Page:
Photo: James Joyce, pictured in 1904 (Original photograph from the C. P. Curran Collection, UCD Library Special Collections)



Montaigne, 59, Victim of Rare Quinsy Infection While At Mass

“The first modern man,” Michel Eyquem de Montaigne, is remembered for inventing a new literary form in his Essais—a word that means “attempts” and that consisted of his cogent observations on religion, love, friendship, death, and his own psyche. “Modern” in the sense that he elevated the individual human being to a position of pre-eminence in the scheme of things, he said when his first book of essays was published, “I am myself the matter of my book.”


Montaigne  was born February 28, 1533, to a family of minor nobility and major wealth at the Chateau de Montaigne near Bordeaux, France, of which his father was mayor. He was tutored at home, and in the aristocratic manner spoke only Latin until he was six. Every morning he was awakened by a musician playing a zither or lute.  He continued his education at the College of Guyenne and the University of Toulouse, where he studied law.  Following in his father’s footsteps, he became a member of the Bordeaux local assembly.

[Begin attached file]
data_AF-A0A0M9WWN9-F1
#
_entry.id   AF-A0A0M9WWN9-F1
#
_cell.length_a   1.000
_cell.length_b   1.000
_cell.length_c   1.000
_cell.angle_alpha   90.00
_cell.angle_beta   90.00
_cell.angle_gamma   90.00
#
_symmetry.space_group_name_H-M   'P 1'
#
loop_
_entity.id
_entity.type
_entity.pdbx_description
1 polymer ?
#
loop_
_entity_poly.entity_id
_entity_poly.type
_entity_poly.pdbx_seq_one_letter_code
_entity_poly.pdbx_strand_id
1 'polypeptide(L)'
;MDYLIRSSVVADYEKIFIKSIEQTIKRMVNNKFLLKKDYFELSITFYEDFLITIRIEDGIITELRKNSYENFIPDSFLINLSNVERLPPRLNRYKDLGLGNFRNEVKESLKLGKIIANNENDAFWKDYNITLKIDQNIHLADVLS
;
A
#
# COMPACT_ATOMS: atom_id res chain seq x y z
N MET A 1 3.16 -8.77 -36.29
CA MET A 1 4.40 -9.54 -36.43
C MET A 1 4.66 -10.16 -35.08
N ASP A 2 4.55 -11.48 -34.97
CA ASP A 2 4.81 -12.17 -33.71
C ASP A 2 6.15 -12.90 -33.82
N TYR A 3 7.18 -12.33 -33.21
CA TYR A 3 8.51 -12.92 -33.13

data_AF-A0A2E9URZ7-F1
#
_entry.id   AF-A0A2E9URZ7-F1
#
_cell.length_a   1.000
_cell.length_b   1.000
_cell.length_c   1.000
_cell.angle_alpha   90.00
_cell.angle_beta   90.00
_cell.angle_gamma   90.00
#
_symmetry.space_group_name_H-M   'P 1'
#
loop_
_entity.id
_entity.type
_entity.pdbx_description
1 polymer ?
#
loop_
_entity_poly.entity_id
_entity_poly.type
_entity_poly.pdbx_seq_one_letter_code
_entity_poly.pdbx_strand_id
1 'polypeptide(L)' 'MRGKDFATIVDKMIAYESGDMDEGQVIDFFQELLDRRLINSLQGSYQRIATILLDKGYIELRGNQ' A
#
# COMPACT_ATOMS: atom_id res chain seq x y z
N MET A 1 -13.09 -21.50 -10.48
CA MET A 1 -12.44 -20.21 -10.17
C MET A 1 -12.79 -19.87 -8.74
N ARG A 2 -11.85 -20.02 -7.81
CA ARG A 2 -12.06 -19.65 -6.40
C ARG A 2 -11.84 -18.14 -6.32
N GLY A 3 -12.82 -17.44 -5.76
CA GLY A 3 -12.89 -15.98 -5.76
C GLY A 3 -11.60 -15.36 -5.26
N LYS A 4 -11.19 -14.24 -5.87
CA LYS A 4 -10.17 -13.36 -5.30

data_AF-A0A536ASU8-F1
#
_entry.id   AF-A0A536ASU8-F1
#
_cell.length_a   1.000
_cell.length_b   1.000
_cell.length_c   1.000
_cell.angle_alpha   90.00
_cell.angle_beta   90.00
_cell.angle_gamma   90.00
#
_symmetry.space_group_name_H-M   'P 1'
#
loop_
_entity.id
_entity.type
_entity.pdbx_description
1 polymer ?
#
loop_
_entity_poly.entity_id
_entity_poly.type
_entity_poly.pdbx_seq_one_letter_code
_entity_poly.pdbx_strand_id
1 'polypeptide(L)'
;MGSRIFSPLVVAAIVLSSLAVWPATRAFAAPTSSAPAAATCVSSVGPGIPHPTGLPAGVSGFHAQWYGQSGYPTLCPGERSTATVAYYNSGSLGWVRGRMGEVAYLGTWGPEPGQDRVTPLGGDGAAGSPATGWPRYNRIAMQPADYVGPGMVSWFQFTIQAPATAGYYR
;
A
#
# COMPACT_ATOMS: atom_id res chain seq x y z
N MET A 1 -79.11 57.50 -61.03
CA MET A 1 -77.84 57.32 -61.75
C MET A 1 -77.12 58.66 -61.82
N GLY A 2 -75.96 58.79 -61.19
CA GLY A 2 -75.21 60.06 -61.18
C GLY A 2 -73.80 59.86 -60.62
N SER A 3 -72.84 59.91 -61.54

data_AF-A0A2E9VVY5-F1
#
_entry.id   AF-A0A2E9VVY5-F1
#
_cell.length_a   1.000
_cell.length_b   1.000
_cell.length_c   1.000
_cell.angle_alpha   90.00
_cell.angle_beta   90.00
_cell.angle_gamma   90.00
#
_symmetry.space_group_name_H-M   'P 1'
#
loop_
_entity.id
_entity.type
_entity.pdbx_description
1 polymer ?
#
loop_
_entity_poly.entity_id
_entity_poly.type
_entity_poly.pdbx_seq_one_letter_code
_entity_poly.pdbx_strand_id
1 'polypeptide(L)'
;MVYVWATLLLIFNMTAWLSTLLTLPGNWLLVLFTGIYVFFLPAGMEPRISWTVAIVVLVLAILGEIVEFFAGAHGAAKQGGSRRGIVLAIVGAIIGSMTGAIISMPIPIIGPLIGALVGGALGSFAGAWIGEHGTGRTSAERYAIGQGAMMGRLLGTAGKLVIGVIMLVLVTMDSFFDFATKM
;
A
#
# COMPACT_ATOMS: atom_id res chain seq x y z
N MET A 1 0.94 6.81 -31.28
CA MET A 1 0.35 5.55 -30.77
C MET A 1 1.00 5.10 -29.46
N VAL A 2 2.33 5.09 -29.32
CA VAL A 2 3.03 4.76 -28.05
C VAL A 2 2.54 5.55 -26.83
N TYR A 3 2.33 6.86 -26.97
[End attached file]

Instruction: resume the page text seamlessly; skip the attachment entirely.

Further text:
A turning point in his life was meeting Étienne de la Boétie, a judge and writer of political philosophy, who became Montaigne’s closest friend and mentor. La Boétie died of dysentery at the age of thirty-three, and Montaigne supervised the posthumous publication of his works.

In 1565 Montaigne married Françoise de la Chassaigne, daughter of a colleague in a wedding pre-arranged by his family. They had six daughters, only one of whom survived to adulthood.